We want more of everything from the forests. At the same time, climate change will give us faster growing forests – but also greater risks. The Swedish Forest Agency is now introducing the process-based 3PG model to get a better grip on the future forest resources.

Swedish forests are expected to meet more demands than they can supply today – and even more pressure will be put on the forest resources in the future. In addition, risks associated to climate change will demand new types of forest management. Challenges related to climate change, biodiversity, policy development and market mechanisms all imply higher demands, although in different ways. Few are satisfied with today’s situation. Business as usual is not an option; there is strong demand for change.

Even if climate change is halted in line with the Paris Agreement, this will lead to new conditions for our forests and the forest management. A warmer and longer vegetation period, with drier summers together with more rainfall during the winter, will likely lead to changed water balances and less ground frost. The effects will differ regionally within Sweden. Higher temperatures and longer vegetation periods increase growth, but the risk of drought and reduced growth increases if the water balance changes.

This also increases the risk of various forest damages. The longer vegetation period increases the risk of spring frost and root rot. Drought affects the risk of spruce bark beetle infestations and fires. Wetter winters with less ground frost mean increased risks of snow breakage and storm damage. These risks can be met with through a more resilient, climate-adapted forest management aiming to prevent damages and/or through measures to deal with damages.

To deal with these factors, the Swedish Forest Agency has decided to use 3PG. Narayanan Subramanian, PhD in Forest Management at the Southern Swedish Forest Research Centre (Swedish University of Agricultural Sciences), is the leading Swedish expert on the model when introducing it in the new SKA22.

– In the previous analysis 2015 (SKA15) climate change was still under consideration, but was indirectly implemented using an approximation model based on another process-based mode: BIOMASS. With that approach, a 30-year growth was simulated using BIOMASS model with changing climate, Narayanan Subramanian explains.

”The major strength of 3PG is to highlight the adverse effects of climate change”
Narayanan Subramanian, Swedish University of Agricultural Sciences.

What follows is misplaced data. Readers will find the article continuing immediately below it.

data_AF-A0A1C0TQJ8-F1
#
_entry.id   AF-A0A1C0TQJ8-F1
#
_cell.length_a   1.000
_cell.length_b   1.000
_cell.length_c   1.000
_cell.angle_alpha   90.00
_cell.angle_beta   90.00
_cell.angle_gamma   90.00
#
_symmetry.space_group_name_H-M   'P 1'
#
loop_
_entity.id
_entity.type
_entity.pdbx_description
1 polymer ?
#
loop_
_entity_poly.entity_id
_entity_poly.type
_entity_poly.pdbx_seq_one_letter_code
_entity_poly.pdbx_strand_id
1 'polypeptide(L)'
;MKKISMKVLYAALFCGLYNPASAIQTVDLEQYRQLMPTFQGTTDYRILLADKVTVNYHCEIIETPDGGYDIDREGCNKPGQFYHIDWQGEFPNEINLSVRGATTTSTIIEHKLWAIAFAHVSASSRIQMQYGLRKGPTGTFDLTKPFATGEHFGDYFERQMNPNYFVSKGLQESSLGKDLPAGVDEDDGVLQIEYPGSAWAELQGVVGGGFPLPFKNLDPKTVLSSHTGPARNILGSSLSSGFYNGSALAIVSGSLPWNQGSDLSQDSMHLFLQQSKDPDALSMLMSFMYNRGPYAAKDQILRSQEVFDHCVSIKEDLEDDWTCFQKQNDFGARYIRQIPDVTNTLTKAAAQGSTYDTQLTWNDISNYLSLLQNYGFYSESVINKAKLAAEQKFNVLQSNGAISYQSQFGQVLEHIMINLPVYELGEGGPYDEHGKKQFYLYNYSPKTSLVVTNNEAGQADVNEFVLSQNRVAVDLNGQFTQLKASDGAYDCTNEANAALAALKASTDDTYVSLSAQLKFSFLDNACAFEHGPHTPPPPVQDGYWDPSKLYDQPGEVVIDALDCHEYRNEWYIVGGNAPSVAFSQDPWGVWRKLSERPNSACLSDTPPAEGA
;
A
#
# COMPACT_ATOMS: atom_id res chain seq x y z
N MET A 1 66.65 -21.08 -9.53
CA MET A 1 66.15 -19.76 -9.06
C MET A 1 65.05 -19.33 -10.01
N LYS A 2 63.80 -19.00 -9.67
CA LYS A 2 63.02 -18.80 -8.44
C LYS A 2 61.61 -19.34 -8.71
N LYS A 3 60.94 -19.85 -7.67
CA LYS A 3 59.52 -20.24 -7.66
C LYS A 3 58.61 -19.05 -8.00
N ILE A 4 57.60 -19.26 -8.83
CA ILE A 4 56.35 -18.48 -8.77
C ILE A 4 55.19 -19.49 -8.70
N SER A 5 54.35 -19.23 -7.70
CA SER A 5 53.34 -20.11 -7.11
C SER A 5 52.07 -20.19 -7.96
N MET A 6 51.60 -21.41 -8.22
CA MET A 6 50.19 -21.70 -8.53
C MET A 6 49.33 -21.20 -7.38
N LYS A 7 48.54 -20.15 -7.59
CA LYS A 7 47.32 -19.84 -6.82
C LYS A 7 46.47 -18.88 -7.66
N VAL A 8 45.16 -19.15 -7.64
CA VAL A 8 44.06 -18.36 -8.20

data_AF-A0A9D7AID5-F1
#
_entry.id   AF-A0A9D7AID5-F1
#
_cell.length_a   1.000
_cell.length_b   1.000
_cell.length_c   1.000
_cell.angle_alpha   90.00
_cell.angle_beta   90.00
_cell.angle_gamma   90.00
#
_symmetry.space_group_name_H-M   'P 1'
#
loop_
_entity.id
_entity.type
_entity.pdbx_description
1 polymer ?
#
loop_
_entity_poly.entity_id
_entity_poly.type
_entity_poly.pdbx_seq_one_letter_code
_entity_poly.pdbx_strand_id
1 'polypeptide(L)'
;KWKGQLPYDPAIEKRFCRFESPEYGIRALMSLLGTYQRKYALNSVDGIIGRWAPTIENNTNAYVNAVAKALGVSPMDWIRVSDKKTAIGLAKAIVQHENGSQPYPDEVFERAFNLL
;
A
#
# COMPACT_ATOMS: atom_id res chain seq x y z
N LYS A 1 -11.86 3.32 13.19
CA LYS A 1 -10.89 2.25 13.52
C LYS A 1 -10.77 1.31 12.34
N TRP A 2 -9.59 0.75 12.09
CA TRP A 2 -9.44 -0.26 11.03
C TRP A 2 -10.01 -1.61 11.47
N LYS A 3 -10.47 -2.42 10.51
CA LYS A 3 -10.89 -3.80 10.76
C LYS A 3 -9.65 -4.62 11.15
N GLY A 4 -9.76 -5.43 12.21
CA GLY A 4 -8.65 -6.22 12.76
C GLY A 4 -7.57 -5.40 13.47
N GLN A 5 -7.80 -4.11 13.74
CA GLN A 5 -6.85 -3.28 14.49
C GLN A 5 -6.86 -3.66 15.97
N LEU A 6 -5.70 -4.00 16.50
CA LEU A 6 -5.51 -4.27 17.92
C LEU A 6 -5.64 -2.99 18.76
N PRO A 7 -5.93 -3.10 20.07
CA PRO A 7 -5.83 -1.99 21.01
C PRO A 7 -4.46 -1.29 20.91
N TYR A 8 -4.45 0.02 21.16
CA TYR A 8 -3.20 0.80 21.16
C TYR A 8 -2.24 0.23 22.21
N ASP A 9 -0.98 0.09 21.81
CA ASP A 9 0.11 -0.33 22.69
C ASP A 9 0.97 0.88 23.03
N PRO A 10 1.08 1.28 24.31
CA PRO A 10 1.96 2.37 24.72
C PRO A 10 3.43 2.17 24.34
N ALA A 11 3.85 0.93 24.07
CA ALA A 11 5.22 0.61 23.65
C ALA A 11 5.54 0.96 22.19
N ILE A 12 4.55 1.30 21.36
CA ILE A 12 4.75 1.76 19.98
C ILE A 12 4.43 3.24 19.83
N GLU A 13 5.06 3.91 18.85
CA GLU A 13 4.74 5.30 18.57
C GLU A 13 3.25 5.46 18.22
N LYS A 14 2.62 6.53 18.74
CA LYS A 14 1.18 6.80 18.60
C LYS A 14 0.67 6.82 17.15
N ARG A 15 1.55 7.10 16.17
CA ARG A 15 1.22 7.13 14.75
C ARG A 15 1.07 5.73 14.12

– Later, the change in growth was calculated due to climate change. This was implemented in the Swedish forest growth and management model Heureka. By doing this, the climate impacts are averaged for 30-year period, thus underestimating the adverse effects of climate change, in example drought. Drought episodes happen for several weeks to a month, but can have a large effect for a long period. So when you consider the average growth effects for longer periods, the impact of these droughts will likely be underestimated. While in SKA22 with 3PG model, monthly climate data is feeded to the model and if there is a drought episode, it will better represented in tree growth. Thus, the major strength of 3PG is to highlight the adverse effects of climate change.

What are the biggest challenges when using 3PG?

– Well, 3PG is developed in Australia for predicting growth for fast growing eucalyptus plantations. It is designed to work under soil water-limited conditions. The biggest challenge is to adapt the model for Swedish conditions. We had to redesign the model and avoid not-so-useful parts of the model for it to work for Swedish forests.

Narayanan Subramanian continues:

– In my simplistic personal view, forest growth models have three important modules: the growth and physiology module, a management and mortality module and the regeneration module.

– In SKA22, we use only the growth and physiology module from 3PG. For the rest we use the established empirical functions in the Heureka model, which is already widely used in Sweden and updated regularly using recent data from 2015-2019 (the National Forest Inventory, NFI). By doing this we could minimize the data needed to run the 3PG model, which is important. Process based models need to be tuned before implementation. With a lot of data, the tuning process – what we call the parameterization process – will be more difficult.